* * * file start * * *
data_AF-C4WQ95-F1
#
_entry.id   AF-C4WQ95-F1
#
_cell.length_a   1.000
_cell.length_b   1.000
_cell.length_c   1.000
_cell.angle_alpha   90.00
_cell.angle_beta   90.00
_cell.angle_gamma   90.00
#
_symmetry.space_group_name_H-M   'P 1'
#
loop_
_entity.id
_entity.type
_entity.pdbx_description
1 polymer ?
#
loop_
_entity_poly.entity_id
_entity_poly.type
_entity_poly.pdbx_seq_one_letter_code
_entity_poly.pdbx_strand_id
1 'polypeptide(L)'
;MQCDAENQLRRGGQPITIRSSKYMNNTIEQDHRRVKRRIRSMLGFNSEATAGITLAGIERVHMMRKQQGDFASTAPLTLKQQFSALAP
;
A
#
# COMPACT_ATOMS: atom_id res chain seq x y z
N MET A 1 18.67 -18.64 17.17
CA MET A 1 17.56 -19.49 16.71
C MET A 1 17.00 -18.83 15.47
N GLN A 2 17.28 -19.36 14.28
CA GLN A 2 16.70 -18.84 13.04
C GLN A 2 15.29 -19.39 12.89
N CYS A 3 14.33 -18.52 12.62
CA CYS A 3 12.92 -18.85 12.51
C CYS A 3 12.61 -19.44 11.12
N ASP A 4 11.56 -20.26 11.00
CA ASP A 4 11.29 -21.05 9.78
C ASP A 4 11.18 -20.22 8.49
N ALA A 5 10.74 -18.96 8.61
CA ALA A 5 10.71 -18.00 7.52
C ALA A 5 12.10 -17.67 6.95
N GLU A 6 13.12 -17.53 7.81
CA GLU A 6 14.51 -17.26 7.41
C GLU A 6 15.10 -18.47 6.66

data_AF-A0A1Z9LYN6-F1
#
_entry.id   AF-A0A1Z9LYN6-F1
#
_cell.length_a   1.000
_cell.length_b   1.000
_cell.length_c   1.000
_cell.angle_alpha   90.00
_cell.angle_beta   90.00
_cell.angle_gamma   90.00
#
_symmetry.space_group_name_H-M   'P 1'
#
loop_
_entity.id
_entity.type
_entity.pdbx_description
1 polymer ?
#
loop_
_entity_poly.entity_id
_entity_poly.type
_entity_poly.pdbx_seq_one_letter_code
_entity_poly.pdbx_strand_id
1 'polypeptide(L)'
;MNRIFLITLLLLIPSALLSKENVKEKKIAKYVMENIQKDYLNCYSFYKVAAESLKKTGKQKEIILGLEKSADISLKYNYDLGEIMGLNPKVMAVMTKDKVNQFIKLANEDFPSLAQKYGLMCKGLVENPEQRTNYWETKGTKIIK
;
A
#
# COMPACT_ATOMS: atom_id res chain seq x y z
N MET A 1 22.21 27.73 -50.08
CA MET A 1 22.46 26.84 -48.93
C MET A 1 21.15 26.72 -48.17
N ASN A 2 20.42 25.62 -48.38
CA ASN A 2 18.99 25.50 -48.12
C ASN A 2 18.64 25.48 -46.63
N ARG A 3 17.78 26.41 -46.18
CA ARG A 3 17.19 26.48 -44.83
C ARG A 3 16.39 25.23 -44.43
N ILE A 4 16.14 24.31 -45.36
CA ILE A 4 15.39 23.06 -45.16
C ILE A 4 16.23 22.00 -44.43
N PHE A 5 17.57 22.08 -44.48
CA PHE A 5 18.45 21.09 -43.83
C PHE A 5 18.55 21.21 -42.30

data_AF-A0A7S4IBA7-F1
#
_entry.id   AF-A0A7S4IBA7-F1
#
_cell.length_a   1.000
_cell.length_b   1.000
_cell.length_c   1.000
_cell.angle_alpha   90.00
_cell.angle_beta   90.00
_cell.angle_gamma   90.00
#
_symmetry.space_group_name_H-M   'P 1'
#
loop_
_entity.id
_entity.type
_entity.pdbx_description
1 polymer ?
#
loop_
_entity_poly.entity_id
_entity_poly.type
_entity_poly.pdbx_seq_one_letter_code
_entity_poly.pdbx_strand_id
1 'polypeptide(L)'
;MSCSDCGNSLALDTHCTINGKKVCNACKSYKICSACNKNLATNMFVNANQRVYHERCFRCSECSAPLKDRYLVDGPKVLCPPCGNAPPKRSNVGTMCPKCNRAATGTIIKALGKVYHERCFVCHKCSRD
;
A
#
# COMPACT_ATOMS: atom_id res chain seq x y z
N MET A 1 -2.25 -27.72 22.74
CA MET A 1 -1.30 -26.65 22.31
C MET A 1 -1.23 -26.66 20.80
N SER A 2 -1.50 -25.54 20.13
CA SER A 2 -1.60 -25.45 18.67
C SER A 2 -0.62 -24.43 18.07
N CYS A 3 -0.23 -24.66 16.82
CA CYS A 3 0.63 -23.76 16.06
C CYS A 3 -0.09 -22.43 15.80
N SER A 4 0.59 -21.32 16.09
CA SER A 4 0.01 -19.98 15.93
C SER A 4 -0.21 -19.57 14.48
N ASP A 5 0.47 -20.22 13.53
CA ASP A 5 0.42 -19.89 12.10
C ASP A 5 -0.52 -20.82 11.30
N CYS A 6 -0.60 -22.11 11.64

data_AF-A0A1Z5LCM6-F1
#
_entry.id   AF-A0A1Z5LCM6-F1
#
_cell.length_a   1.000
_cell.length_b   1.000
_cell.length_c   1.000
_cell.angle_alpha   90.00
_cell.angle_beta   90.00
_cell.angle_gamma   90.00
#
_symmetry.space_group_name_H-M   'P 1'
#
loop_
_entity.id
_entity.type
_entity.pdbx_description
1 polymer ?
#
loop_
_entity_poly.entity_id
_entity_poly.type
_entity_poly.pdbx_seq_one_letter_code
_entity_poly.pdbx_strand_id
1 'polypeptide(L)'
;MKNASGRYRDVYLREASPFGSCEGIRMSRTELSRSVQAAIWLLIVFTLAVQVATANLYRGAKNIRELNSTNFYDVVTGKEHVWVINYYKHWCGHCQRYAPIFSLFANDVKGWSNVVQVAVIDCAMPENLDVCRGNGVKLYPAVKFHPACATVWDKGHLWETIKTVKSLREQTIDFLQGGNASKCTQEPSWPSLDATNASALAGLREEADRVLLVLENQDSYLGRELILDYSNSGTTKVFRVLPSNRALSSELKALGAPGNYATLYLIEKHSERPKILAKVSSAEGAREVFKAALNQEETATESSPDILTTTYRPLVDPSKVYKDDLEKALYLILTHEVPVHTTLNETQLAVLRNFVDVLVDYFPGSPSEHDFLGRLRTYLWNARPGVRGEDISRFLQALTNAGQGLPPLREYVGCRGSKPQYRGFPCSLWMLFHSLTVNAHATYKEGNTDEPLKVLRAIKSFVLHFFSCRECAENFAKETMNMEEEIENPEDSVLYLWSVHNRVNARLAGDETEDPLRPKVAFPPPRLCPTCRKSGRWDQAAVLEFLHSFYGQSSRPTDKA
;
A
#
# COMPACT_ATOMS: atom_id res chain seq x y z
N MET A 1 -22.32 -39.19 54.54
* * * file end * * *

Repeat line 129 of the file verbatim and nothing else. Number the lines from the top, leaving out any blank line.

C SER A 2 -0.62 -24.43 18.07